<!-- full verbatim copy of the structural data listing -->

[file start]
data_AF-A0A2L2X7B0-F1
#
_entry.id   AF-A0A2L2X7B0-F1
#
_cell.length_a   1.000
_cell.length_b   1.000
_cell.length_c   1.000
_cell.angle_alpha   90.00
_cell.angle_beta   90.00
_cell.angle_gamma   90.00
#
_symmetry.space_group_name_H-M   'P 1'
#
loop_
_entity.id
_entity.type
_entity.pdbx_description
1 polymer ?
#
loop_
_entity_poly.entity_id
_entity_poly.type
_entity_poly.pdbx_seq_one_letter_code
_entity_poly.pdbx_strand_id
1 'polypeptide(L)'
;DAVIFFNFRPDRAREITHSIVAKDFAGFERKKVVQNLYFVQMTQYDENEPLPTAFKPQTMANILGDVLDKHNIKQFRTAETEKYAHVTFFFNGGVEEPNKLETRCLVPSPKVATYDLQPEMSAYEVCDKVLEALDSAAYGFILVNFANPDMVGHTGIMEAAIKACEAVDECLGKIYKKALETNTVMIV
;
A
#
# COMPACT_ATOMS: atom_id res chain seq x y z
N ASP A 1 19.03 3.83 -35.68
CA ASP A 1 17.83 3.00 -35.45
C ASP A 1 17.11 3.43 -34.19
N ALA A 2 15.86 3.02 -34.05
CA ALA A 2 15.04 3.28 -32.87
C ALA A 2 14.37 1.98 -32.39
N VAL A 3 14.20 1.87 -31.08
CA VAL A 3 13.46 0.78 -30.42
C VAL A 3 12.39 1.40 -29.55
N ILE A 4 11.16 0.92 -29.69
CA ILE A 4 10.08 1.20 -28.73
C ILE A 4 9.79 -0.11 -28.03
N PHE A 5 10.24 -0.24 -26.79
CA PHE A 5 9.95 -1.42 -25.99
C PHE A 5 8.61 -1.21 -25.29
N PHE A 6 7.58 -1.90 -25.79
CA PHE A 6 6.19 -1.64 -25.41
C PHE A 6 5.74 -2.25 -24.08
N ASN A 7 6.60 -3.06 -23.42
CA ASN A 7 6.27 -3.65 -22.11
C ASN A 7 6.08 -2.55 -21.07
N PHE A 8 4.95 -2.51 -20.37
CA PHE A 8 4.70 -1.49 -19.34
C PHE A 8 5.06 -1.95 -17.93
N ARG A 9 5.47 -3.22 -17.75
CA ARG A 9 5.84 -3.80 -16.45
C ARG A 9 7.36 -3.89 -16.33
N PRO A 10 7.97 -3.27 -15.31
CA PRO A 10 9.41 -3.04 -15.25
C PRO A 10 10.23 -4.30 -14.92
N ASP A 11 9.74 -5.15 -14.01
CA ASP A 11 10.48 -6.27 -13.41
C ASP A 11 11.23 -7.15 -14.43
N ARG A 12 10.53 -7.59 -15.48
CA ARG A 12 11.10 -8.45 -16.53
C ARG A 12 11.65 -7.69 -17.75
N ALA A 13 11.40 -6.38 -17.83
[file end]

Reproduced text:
data_AF-A0A2L2X7B0-F1
#
_entry.id   AF-A0A2L2X7B0-F1
#
_cell.length_a   1.000
_cell.length_b   1.000
_cell.length_c   1.000
_cell.angle_alpha   90.00
_cell.angle_beta   90.00
_cell.angle_gamma   90.00
#
_symmetry.space_group_name_H-M   'P 1'
#
loop_
_entity.id
_entity.type
_entity.pdbx_description
1 polymer ?
#
loop_
_entity_poly.entity_id
_entity_poly.type
_entity_poly.pdbx_seq_one_letter_code
_entity_poly.pdbx_strand_id
1 'polypeptide(L)'
;DAVIFFNFRPDRAREITHSIVAKDFAGFERKKVVQNLYFVQMTQYDENEPLPTAFKPQTMANILGDVLDKHNIKQFRTAETEKYAHVTFFFNGGVEEPNKLETRCLVPSPKVATYDLQPEMSAYEVCDKVLEALDSAAYGFILVNFANPDMVGHTGIMEAAIKACEAVDECLGKIYKKALETNTVMIV
;
A
#
# COMPACT_ATOMS: atom_id res chain seq x y z
N ASP A 1 19.03 3.83 -35.68
CA ASP A 1 17.83 3.00 -35.45
C ASP A 1 17.11 3.43 -34.19
N ALA A 2 15.86 3.02 -34.05
CA ALA A 2 15.04 3.28 -32.87
C ALA A 2 14.37 1.98 -32.39
N VAL A 3 14.20 1.87 -31.08
CA VAL A 3 13.46 0.78 -30.42
C VAL A 3 12.39 1.40 -29.55
N ILE A 4 11.16 0.92 -29.69
CA ILE A 4 10.08 1.20 -28.73
C ILE A 4 9.79 -0.11 -28.03
N PHE A 5 10.24 -0.24 -26.79
CA PHE A 5 9.95 -1.42 -25.99
C PHE A 5 8.61 -1.21 -25.29
N PHE A 6 7.58 -1.90 -25.79
CA PHE A 6 6.19 -1.64 -25.41
C PHE A 6 5.74 -2.25 -24.08
N ASN A 7 6.60 -3.06 -23.42
CA ASN A 7 6.27 -3.65 -22.11
C ASN A 7 6.08 -2.55 -21.07
N PHE A 8 4.95 -2.51 -20.37
CA PHE A 8 4.70 -1.49 -19.34
C PHE A 8 5.06 -1.95 -17.93
N ARG A 9 5.47 -3.22 -17.75
CA ARG A 9 5.84 -3.80 -16.45
C ARG A 9 7.36 -3.89 -16.33
N PRO A 10 7.97 -3.27 -15.31
CA PRO A 10 9.41 -3.04 -15.25
C PRO A 10 10.23 -4.30 -14.92
N ASP A 11 9.74 -5.15 -14.01
CA ASP A 11 10.48 -6.27 -13.41
C ASP A 11 11.23 -7.15 -14.43
N ARG A 12 10.53 -7.59 -15.48
CA ARG A 12 11.10 -8.45 -16.53
C ARG A 12 11.65 -7.69 -17.75
N ALA A 13 11.40 -6.38 -17.83